Rapid, Selective Heavy Metal Removal from Water by a Metal-Organic Framework/Polydopamine Composite

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Abstract

Drinking water contamination with heavy metals, particularly lead, is a persistent problem worldwide with grave public health consequences. Existing purification methods often cannot address this problem quickly and economically. Here we report a cheap, water stable metal-organic framework/polymer composite, Fe-BTC/PDA, that exhibits rapid, selective removal of large quantities of heavy metals, such as Pb2+ and Hg2+, from real world water samples. In this work, Fe-BTC is treated with dopamine, which undergoes a spontaneous polymerization to polydopamine (PDA) within its pores via the Fe3+ open metal sites. The PDA, pinned on the internal MOF surface, gains extrinsic porosity, resulting in a composite that binds up to 1634 mg of Hg2+ and 394 mg of Pb2+ per gram of composite and removes more than 99.8% of these ions from a 1 ppm solution, yielding drinkable levels in seconds. Further, the composite properties are well-maintained in river and seawater samples spiked with only trace amounts of lead, illustrating unprecedented selectivity. Remarkably, no significant uptake of competing metal ions is observed even when interferents, such as Na+, are present at concentrations up to 14»000 times that of Pb2+. The material is further shown to be resistant to fouling when tested in high concentrations of common organic interferents, like humic acid, and is fully regenerable over many cycles.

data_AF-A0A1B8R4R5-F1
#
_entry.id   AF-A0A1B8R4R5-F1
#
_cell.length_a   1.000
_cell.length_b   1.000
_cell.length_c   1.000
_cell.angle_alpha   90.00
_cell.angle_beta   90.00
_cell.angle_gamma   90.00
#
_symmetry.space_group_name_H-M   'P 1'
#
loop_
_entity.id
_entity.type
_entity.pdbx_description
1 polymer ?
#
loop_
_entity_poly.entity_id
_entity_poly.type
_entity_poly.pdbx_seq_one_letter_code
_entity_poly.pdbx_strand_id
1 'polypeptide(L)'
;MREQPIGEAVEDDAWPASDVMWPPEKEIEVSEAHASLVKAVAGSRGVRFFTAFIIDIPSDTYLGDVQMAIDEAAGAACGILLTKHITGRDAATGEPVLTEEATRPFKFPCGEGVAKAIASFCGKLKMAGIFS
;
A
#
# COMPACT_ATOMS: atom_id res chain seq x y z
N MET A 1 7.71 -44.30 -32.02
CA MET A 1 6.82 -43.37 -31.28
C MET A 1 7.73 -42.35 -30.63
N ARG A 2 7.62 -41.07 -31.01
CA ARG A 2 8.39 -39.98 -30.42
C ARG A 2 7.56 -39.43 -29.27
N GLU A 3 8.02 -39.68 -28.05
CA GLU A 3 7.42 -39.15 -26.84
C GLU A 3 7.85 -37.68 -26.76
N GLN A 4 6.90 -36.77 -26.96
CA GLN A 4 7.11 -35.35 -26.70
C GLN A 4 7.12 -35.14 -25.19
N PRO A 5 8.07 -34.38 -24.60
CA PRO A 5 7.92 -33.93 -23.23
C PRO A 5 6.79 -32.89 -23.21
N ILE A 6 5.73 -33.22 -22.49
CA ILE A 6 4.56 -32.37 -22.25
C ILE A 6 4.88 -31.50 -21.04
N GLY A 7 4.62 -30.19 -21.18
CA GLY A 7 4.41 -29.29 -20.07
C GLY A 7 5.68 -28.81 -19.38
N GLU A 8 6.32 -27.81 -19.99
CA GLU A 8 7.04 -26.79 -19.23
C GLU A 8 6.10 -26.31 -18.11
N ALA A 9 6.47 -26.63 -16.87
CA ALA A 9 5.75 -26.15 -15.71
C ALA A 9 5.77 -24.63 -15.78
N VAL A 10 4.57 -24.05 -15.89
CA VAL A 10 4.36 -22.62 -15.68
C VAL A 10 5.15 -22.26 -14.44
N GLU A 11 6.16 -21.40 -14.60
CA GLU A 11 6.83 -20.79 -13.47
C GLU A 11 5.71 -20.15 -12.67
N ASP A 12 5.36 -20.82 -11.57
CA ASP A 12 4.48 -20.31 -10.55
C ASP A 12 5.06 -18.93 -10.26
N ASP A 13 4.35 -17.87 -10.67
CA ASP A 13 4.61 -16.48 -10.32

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Sun, D. T., Peng, L., Reeder, W. S., Moosavi, S. M., Tiana, D., Britt, D. K., … Queen, W. L. (2018). Rapid, Selective Heavy Metal Removal from Water by a Metal-Organic Framework/Polydopamine Composite. ACS Central Science, 4(3), 349–356. https://doi.org/10.1021/acscentsci.7b00605

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